some silver-fingered fountain steals the world.

A garden to walk in and immensity to dream in–what more could he ask? A few flowers at his feet and above him the stars.
~ Voltaire

A Garden Song by Henry Austin Dobson

Here in this sequester’d close
Bloom the hyacinth and rose,
Here beside the modest stock
Flaunts the flaring hollyhock;
Here, without a pang, one sees
Ranks, conditions, and degrees.

All the seasons run their race
In this quiet resting-place;
Peach and apricot and fig
Here will ripen and grow big;
Here is store and overplus,
More had not Alcinoüs!

Here, in alleys cool and green,
Far ahead the thrush is seen;
Here along the southern wall
Keeps the bee his festival;
All is quiet else—afar
Sounds of toil and turmoil are.

Here be shadows large and long;
Here be spaces meet for song;
Grant, O garden-god, that I,
Now that none profane is nigh,
Now that mood and moment please,
Find the fair Pierides!

Song by Alfred Lord Tennyson

A spirit haunts the year’s last hours
Dwelling amid these yellowing bowers:
To himself he talks;
For at eventide, listening earnestly,
At his work you may hear him sob and sigh
In the walks;
Earthward he boweth the heavy stalks
Of the mouldering flowers:
Heavily hangs the broad sunflower
Over its grave i’ the earth so chilly;
Heavily hangs the hollyhock,
Heavily hangs the tiger-lily.

The air is damp, and hush’d, and close,
As a sick man’s room when he taketh repose
An hour before death;
My very heart faints and my whole soul grieves
At the moist rich smell of the rotting leaves,
And the breath
Of the fading edges of box beneath,
And the year’s last rose.
Heavily hangs the broad sunflower
Over its grave i’ the earth so chilly;
Heavily hangs the hollyhock,
Heavily hangs the tiger-lily.

The Tulip Bed by William Carlos Williams

The May sun—whom
all things imitate—
that glues small leaves to
the wooden trees
shone from the sky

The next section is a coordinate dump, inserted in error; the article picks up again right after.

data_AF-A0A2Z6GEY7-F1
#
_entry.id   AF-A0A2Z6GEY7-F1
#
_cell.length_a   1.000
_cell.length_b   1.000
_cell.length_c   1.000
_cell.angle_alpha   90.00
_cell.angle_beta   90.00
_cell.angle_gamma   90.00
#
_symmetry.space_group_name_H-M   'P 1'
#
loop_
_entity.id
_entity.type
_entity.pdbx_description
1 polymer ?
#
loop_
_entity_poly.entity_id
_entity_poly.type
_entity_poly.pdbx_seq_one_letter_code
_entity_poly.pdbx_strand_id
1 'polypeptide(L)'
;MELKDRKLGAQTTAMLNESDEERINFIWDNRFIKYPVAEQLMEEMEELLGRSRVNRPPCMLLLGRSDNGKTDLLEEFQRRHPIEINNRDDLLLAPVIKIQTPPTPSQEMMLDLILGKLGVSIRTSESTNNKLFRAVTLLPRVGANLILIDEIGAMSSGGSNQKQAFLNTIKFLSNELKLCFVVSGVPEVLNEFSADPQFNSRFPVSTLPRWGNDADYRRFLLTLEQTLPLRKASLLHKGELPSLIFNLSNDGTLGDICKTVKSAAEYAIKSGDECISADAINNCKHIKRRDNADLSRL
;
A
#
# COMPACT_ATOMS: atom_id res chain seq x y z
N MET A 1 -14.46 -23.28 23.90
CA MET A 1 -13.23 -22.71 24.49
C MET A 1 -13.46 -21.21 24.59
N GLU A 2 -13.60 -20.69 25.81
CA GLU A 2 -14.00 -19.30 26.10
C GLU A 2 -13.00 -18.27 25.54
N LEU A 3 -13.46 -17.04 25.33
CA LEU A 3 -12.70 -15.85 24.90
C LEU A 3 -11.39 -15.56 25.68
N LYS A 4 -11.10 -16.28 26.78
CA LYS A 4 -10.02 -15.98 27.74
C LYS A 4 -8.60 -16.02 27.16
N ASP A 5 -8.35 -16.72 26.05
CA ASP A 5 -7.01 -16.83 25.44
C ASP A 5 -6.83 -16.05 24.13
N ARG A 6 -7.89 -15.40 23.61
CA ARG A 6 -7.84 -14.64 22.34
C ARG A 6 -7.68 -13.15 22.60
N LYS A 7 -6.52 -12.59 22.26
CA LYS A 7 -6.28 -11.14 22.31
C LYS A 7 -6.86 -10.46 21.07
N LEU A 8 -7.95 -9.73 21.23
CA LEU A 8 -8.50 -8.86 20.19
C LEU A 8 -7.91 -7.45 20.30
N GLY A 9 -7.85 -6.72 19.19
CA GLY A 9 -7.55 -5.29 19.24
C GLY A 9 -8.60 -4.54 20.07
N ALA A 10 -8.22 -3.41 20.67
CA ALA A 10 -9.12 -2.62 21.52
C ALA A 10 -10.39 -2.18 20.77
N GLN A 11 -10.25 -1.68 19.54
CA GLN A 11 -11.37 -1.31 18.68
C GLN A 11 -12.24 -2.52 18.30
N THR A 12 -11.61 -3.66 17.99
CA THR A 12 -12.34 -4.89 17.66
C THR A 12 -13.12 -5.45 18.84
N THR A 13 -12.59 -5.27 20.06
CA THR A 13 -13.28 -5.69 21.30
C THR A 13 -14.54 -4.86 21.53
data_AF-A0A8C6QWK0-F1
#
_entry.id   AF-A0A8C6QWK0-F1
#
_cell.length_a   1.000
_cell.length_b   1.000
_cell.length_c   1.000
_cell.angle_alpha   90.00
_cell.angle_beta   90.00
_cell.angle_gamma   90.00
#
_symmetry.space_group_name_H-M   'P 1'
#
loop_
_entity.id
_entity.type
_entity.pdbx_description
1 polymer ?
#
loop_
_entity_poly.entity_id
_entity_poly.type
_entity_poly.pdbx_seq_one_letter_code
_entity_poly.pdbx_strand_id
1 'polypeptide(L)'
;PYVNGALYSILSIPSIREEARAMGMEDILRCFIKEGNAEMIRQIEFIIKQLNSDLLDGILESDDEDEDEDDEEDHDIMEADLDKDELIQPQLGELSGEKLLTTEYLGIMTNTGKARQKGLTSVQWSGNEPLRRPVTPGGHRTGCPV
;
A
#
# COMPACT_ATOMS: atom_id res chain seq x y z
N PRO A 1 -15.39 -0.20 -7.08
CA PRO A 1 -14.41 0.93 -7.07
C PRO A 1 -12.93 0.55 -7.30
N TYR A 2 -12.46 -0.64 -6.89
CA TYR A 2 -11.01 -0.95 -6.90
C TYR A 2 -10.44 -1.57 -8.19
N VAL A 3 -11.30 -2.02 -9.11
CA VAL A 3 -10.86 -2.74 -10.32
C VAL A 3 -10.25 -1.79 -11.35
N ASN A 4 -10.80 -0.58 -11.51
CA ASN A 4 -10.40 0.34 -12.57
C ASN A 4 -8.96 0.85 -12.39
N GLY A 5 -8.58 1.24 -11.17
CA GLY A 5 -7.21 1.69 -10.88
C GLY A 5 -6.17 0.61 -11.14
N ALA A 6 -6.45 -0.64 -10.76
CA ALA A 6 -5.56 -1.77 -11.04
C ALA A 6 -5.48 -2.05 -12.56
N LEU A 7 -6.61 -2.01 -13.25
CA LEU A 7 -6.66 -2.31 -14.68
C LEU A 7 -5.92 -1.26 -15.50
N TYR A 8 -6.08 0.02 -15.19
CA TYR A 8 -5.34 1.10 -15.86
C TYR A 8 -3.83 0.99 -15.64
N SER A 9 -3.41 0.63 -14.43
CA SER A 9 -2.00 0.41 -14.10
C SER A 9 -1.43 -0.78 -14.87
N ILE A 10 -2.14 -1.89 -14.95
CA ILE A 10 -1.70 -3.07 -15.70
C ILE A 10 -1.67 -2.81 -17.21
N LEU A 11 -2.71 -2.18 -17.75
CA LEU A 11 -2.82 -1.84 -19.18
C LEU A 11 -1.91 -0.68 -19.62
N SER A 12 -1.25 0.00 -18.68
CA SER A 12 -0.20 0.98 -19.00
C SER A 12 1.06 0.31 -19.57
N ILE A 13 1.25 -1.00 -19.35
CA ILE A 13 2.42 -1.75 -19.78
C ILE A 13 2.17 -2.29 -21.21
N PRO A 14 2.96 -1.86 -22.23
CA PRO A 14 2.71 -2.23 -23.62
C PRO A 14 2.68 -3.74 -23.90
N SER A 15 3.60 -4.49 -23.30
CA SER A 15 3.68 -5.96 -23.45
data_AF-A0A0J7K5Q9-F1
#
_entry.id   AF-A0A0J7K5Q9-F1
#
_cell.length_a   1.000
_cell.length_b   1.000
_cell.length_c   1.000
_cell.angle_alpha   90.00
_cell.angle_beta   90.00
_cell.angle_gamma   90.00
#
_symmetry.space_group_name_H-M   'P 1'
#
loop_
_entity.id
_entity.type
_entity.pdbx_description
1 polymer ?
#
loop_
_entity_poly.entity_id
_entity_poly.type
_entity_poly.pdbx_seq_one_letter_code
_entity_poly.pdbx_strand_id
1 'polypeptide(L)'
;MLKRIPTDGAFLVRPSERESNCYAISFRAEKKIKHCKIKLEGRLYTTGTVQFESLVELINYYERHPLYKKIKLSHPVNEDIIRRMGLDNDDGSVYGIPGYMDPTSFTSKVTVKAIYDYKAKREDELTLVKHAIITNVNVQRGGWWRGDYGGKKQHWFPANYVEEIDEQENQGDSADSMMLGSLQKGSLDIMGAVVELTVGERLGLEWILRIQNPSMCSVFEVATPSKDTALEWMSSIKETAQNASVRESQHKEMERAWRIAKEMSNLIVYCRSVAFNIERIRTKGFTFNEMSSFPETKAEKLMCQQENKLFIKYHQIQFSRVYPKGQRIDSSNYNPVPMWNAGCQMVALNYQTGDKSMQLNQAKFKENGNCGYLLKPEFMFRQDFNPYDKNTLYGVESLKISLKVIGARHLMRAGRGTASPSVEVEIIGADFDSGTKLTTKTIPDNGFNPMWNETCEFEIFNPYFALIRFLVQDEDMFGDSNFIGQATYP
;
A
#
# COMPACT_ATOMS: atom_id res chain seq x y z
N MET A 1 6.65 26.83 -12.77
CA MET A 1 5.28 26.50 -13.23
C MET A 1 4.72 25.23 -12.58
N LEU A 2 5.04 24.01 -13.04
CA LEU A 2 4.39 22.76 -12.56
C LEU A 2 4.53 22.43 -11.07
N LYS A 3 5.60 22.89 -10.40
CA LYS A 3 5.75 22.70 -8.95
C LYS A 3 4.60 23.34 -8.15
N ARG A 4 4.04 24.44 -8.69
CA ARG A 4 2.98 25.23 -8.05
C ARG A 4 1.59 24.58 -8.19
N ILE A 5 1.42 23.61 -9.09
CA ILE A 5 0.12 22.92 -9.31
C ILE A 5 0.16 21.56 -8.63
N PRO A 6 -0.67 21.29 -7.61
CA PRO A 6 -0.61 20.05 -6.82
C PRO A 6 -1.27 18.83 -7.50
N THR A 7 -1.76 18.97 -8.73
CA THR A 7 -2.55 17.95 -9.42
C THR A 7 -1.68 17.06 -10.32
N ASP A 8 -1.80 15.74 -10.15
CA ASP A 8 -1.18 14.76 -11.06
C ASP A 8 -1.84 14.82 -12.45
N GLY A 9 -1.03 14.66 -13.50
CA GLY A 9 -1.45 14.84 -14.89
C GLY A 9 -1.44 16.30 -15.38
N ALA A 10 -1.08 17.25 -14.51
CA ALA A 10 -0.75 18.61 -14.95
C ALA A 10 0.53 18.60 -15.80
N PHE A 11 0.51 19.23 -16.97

through bluegauze clouds
upon the ground.
Under the leafy trees
where the suburban streets
lay crossed,
with houses on each corner,
tangled shadows had begun
to join
the roadway and the lawns.
With excellent precision
the tulip bed
inside the iron fence
upreared its gaudy
yellow, white and red,
rimmed round with grass,

The many great gardens of the world, of literature and poetry, of painting and music, of religion and architecture, all make the point as clear as possible: The soul cannot thrive in the absence of a garden…
~Thomas Moore

Digging by Edward Thomas

Today I think
Only with scents- scents dead leaves yield,
And bracken, and wild carrot’s seed,
And the square mustard field;

Odours that rise
When the spade wounds the roots of tree,
Rose, currant, raspberry, or goutweed,
Rhubarb or celery;

The smoke’s smell, too,
Flowing from where a bonfire burns
The dead, the waste, the dangerous,
And all to sweetness turns.

It is enough
To smell, to crumble the dark earth,
While the robin sings over again
Sad songs of Autumn mirth.

I know that if odour were visible, as colour is, I’d see the summer garden in rainbow clouds.
~ Robert Bridges

Universe And: The Electric Garden by Gwendolyn MacEwan

the protons and the neutrons move, gardener,
sire their sons, spirals of sense,
and servant their planets,
their negative pebbles
in a pool among electrons like
mad bees
the nuclei reach out
to harness them;
will of the sun reach out,
strap earth, strap moon, slowly excite
other stars, set, set the sweet fanatic pace
telescopes turn inward, bend down.

in our garden electric roses
which spark, push light, push fuchsia
in flailing grass

and spines of long magnetic seas cloy…
rake their depths for dusts; all holds;
the spines hold the elemental jelly
of the sea’s flesh there…

I walk warily through
my electric garden

What are your thoughts? Leave a comment below.

What do you think of the selection. Have you got your own favourites? Leave a comment below and let me know!

4 thoughts on “Best Garden Poems & Quotes: My Favourites”

  1. hello Dan,
    I have a drawing looking for it’s text and saw this incredible electron poem by MacEwan— could you tell me which of her books it comes from?
    I’d like to read more of her work and learn more about her.
    Thank you so much for introducing us!
    I appreciate your bloggety devition- you made my day !
    best, ellen

    1. Hi Ellen, please forgive my late response! Thanks so much for your kind words 🙂 And yes, it’s from “The Selected Gwendolyn MacEwen (Exile Classics series)”. She’s such a great poet. And so little-known too.

  2. Thanks, Dan, for sharing these garden-focused poem. Christine Hickey and I will be facilitating an informal poetry gathering at the Deale, Maryland, USA library on Feb. 25, 2023 to use the cold of winter to celebrate the warmth of poetry about vegetable and flower gardens. We plan to showcase poems by a diversity of poets, living and otherwise. And, time permitting, we’ll also encourage participants to write a few lines of their own. Thanks.